Irish airports to get €90m to lure back airlines following effects of Covid

European Commission confirms plan is in line with EU state aid rules

Irish airports will have €90 million next year to lure airlines back to restart pre-Covid routes or launch new services after the European Commission approved Government aid for ailing air travel.

Minister for Finance Paschal Donohoe earmarked €90 million in Budget 2022 for airports to offer discounts and incentives to airlines to restore services following almost two years of Covid travel curbs.

The European Commission confirmed on Friday that the plan was in line with EU state aid rules, allowing the Government to go ahead and allocate the cash to the Republic’s airports.

The commission found that the proposal would compensate for damages directly linked to the coronavirus outbreak, was proportionate and did not exceed what was needed.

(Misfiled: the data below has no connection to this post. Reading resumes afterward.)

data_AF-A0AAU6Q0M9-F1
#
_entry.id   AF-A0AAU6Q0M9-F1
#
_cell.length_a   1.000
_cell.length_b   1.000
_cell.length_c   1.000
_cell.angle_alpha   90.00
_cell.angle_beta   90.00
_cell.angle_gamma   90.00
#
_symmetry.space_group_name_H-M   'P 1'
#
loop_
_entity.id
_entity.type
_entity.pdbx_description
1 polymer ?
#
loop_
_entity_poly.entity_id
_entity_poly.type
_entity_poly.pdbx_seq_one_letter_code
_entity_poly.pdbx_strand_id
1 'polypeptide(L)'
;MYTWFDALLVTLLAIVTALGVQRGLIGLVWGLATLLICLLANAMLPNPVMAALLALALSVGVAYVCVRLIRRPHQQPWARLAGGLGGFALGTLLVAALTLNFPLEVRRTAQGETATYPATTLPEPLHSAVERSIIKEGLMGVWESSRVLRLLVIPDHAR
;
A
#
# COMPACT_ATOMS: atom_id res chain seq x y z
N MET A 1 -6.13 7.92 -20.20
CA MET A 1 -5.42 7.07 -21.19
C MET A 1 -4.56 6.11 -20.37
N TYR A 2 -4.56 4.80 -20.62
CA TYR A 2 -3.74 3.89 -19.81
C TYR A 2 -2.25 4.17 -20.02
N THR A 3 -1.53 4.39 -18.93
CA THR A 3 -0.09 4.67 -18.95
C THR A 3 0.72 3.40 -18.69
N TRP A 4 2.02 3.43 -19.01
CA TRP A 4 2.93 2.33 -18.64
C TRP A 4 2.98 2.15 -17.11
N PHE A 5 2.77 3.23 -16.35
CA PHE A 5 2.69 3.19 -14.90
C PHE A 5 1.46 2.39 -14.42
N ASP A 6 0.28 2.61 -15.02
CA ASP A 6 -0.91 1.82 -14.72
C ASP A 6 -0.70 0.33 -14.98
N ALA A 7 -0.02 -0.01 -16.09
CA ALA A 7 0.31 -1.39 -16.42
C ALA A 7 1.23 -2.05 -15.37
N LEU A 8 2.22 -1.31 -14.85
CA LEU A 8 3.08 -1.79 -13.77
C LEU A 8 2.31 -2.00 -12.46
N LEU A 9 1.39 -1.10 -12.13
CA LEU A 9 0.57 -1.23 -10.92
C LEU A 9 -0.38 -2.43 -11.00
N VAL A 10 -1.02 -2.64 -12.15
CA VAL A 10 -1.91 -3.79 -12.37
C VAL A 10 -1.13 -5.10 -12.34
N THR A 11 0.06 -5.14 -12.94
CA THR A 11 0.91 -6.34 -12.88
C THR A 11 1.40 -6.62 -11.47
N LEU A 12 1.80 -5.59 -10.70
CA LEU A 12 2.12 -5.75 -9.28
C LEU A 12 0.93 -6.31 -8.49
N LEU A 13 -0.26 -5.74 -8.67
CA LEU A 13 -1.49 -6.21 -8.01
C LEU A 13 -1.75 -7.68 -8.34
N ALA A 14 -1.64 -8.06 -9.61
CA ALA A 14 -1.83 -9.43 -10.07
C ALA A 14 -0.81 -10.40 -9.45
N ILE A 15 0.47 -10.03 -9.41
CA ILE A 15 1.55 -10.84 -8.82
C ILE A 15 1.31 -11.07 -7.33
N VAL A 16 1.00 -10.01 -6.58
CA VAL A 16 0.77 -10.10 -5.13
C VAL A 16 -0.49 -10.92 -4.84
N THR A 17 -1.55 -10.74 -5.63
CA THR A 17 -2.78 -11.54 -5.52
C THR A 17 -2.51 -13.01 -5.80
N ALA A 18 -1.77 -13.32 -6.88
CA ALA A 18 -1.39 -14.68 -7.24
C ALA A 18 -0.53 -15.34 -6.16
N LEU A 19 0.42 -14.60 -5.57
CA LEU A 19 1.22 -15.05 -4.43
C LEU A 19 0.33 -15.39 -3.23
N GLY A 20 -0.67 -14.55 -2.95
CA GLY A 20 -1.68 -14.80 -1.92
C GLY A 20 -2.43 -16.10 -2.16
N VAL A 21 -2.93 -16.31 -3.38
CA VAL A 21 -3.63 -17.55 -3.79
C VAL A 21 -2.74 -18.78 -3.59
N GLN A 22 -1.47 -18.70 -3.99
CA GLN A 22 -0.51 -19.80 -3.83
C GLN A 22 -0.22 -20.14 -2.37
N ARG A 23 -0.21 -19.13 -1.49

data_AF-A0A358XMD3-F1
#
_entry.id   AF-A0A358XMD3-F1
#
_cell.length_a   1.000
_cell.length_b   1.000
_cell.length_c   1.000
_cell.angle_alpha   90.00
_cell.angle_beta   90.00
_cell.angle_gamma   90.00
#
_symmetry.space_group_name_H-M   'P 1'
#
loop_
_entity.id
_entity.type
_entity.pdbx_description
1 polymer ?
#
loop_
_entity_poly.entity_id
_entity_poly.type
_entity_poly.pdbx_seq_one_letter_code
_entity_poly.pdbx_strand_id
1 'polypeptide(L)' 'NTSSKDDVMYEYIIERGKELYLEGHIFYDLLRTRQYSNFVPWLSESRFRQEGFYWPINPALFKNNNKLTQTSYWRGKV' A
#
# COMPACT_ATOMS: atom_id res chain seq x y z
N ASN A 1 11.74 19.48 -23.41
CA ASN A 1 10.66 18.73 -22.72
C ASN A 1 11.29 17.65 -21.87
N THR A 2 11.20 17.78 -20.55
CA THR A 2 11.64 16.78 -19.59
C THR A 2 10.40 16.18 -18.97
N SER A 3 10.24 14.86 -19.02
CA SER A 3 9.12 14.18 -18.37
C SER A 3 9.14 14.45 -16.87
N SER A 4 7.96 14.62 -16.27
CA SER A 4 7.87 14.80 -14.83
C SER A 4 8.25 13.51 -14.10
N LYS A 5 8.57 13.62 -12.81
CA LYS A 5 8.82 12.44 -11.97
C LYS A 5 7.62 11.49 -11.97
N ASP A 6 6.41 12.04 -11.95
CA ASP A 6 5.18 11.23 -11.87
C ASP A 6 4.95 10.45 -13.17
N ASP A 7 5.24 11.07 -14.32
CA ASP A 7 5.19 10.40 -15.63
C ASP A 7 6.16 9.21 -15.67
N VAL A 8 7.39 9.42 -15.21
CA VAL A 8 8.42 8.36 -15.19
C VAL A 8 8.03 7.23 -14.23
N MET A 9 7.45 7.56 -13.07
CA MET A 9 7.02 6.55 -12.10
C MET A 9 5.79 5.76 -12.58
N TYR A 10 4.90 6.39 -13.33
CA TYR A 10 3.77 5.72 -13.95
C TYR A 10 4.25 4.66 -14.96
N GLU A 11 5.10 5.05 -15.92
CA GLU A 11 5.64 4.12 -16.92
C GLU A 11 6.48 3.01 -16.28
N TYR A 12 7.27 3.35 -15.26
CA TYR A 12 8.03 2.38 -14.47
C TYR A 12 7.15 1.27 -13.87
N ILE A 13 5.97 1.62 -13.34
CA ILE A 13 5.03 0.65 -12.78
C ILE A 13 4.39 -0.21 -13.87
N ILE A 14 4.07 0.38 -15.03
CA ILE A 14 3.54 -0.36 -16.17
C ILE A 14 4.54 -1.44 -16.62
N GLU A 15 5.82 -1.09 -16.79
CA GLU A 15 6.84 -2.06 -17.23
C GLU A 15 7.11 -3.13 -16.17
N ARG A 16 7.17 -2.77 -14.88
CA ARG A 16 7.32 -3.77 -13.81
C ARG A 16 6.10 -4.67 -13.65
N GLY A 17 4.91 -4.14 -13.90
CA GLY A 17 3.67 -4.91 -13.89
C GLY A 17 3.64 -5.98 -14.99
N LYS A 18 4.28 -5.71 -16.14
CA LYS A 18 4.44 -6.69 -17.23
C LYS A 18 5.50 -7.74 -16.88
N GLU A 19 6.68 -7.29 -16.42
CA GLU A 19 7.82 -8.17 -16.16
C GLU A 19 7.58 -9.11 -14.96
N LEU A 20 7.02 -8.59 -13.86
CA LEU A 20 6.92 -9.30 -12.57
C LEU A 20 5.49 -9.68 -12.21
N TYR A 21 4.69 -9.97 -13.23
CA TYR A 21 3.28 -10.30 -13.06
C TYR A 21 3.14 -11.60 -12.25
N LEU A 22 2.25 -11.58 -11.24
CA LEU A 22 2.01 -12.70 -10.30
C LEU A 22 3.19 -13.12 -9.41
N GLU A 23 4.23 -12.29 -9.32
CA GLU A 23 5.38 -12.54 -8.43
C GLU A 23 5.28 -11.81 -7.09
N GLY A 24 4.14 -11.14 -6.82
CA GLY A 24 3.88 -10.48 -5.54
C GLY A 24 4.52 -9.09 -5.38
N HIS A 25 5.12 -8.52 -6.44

EU law bans state aid where it distorts normal commercial competition, but changed the rules temporarily to allow member countries to support businesses through the pandemic.

A commission statement noted that the Government’s airport aid proposal was in line with the conditions set out in that amendment.

“The European Commission therefore concluded that the scheme, as amended, is in line with EU state aid rules,” it said.

Following Mr Donohoe's announcement in October, Hildegarde Naughton, the Minister of State for International Transport, confirmed that the EU would first have to approve the €90 million proposal.

However, the Government expected the commission to back the plan as it had already allowed other states to provide similar aid to their air travel industries.

The deal itself consists of damage compensation for €87.5 million and a proposed €3 million increase in aid to airports handling fewer than three million passengers a year.

The Government said airports could use the cash to offer incentives to airlines to restore routes.

Barry O'Halloran

Barry O'Halloran

Barry O’Halloran covers energy, construction, insolvency, and gaming and betting, among other areas